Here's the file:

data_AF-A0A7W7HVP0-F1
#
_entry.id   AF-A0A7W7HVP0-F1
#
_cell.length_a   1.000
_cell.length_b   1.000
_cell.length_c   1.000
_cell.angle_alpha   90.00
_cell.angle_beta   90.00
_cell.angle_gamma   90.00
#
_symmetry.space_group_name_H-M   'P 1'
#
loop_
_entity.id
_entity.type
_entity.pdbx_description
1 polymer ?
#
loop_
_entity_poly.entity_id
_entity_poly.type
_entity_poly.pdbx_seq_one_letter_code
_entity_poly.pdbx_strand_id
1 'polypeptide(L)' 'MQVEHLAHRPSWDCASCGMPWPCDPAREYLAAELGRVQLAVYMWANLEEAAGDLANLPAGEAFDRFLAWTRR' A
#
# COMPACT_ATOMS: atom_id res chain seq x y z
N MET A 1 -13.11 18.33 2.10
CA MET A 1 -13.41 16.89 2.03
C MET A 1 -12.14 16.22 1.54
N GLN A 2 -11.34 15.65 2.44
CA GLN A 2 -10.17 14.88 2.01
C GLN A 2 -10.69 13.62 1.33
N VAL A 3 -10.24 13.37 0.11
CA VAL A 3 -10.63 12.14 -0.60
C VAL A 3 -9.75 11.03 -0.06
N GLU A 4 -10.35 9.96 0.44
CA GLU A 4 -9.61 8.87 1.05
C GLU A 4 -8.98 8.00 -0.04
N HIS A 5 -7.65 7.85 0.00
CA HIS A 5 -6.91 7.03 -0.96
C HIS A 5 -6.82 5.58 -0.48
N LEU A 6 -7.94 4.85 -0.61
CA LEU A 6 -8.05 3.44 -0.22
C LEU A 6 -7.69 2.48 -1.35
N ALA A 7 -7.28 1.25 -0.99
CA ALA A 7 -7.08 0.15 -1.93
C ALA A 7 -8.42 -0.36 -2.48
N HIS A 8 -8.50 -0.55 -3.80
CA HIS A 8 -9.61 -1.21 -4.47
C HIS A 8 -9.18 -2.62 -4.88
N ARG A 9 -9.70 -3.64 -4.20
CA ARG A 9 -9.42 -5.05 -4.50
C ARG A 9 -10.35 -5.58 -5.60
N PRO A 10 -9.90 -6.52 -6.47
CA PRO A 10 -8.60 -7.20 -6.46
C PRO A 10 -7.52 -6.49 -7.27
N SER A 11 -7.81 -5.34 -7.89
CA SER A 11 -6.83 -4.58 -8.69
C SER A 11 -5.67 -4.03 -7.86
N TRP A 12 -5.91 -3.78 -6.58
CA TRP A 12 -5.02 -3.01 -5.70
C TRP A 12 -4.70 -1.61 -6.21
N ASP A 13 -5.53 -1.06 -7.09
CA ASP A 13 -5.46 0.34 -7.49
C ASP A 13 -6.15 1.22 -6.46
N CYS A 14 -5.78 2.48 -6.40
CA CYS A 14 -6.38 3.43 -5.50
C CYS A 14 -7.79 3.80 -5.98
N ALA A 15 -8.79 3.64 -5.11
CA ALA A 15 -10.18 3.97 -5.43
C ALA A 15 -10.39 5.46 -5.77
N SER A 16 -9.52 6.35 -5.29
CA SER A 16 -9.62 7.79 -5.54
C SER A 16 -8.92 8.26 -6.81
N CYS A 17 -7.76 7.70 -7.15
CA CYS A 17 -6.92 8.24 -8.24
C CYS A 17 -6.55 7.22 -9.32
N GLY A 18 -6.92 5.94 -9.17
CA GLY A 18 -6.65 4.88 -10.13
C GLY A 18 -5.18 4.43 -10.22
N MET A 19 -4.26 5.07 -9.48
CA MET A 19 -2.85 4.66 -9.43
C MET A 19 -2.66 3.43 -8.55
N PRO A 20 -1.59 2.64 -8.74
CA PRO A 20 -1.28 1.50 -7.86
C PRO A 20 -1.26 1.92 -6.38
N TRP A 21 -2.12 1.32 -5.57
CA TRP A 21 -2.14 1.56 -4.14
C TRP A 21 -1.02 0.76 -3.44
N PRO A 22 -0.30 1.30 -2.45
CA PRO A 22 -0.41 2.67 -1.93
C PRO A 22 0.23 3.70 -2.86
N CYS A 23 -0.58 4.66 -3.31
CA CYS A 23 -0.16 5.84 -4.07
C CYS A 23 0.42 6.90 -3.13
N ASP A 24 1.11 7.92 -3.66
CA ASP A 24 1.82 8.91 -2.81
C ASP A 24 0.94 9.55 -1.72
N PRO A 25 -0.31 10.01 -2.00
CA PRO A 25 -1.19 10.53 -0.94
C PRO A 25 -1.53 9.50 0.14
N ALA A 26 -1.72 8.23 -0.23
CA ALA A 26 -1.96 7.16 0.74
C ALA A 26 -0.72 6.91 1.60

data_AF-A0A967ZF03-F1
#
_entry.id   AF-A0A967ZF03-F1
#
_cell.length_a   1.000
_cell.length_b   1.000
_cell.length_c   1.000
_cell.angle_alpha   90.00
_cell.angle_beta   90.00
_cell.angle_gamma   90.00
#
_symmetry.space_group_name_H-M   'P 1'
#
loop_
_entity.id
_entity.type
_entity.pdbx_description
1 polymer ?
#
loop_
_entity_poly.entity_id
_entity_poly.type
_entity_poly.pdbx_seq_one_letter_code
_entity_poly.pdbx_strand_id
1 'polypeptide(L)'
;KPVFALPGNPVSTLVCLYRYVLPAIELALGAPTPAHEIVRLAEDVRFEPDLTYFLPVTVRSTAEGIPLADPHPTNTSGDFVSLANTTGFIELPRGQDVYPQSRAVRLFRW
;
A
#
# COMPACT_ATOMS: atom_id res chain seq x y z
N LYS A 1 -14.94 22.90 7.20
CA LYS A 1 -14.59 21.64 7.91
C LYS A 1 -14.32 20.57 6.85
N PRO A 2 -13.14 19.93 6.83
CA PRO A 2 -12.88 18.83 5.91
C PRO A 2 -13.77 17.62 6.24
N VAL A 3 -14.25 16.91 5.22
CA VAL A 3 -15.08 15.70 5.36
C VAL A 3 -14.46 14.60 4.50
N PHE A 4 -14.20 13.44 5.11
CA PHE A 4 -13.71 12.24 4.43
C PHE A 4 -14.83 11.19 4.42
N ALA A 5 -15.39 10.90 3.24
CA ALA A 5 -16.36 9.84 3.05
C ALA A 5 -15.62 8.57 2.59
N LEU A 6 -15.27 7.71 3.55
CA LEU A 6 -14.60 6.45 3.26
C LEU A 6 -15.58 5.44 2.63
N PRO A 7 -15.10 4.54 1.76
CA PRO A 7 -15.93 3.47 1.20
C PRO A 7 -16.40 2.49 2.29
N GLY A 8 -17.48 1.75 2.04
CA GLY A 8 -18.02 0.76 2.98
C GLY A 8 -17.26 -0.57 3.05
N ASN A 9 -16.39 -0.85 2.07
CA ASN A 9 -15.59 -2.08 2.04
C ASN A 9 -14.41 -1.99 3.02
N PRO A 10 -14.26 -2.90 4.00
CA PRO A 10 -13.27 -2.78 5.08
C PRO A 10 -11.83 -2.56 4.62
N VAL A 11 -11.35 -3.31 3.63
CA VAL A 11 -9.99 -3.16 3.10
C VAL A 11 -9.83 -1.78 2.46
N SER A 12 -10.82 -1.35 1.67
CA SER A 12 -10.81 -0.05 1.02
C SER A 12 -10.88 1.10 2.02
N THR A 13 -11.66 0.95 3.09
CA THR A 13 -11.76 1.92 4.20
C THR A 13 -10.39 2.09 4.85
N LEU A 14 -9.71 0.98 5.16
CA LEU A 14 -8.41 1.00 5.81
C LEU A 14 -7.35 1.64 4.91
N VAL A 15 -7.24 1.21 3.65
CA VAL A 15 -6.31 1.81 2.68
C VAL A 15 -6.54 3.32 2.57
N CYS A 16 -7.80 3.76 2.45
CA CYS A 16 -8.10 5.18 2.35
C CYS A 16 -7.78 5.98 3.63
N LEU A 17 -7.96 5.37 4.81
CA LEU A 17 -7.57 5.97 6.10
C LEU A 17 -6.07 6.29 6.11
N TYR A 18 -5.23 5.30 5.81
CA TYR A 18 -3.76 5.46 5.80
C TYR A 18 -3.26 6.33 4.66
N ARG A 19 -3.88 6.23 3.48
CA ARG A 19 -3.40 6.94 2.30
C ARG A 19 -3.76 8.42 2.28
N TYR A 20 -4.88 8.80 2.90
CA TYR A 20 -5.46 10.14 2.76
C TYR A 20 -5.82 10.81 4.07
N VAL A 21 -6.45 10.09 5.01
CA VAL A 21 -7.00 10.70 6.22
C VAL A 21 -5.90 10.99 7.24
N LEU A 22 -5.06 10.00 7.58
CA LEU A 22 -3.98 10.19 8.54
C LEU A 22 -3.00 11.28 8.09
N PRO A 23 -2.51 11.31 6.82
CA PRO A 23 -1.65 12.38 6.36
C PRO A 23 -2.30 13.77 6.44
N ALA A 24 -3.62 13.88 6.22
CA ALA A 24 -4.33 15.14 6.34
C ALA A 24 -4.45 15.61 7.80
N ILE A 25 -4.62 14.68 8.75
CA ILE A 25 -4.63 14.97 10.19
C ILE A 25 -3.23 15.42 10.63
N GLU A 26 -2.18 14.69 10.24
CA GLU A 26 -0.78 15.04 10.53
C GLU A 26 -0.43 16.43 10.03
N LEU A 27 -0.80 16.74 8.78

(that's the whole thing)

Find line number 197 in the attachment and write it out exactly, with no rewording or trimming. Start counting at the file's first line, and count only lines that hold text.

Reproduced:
CA VAL A 21 -7.00 10.70 6.22